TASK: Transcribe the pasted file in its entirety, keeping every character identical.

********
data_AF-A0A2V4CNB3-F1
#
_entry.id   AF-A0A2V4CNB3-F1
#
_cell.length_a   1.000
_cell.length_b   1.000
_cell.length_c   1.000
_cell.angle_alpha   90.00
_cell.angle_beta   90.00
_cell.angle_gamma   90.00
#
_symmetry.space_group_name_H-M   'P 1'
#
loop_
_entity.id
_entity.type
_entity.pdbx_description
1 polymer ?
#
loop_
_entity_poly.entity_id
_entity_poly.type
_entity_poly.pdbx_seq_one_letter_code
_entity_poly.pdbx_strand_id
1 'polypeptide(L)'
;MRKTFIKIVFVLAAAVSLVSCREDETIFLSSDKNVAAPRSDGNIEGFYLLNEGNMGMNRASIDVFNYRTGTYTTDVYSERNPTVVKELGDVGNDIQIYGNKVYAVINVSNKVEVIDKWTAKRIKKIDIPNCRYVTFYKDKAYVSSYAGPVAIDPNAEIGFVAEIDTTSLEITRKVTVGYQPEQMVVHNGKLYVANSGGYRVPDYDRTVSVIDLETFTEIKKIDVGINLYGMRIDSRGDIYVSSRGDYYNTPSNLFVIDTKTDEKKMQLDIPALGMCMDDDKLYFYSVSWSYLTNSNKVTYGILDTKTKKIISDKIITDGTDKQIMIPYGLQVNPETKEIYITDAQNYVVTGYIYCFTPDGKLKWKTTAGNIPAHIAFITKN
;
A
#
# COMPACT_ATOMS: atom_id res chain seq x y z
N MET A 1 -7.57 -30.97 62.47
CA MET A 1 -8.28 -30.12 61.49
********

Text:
data_AF-A0A2V4CNB3-F1
#
_entry.id   AF-A0A2V4CNB3-F1
#
_cell.length_a   1.000
_cell.length_b   1.000
_cell.length_c   1.000
_cell.angle_alpha   90.00
_cell.angle_beta   90.00
_cell.angle_gamma   90.00
#
_symmetry.space_group_name_H-M   'P 1'
#
loop_
_entity.id
_entity.type
_entity.pdbx_description
1 polymer ?
#
loop_
_entity_poly.entity_id
_entity_poly.type
_entity_poly.pdbx_seq_one_letter_code
_entity_poly.pdbx_strand_id
1 'polypeptide(L)'
;MRKTFIKIVFVLAAAVSLVSCREDETIFLSSDKNVAAPRSDGNIEGFYLLNEGNMGMNRASIDVFNYRTGTYTTDVYSERNPTVVKELGDVGNDIQIYGNKVYAVINVSNKVEVIDKWTAKRIKKIDIPNCRYVTFYKDKAYVSSYAGPVAIDPNAEIGFVAEIDTTSLEITRKVTVGYQPEQMVVHNGKLYVANSGGYRVPDYDRTVSVIDLETFTEIKKIDVGINLYGMRIDSRGDIYVSSRGDYYNTPSNLFVIDTKTDEKKMQLDIPALGMCMDDDKLYFYSVSWSYLTNSNKVTYGILDTKTKKIISDKIITDGTDKQIMIPYGLQVNPETKEIYITDAQNYVVTGYIYCFTPDGKLKWKTTAGNIPAHIAFITKN
;
A
#
# COMPACT_ATOMS: atom_id res chain seq x y z
N MET A 1 -7.57 -30.97 62.47
CA MET A 1 -8.28 -30.12 61.49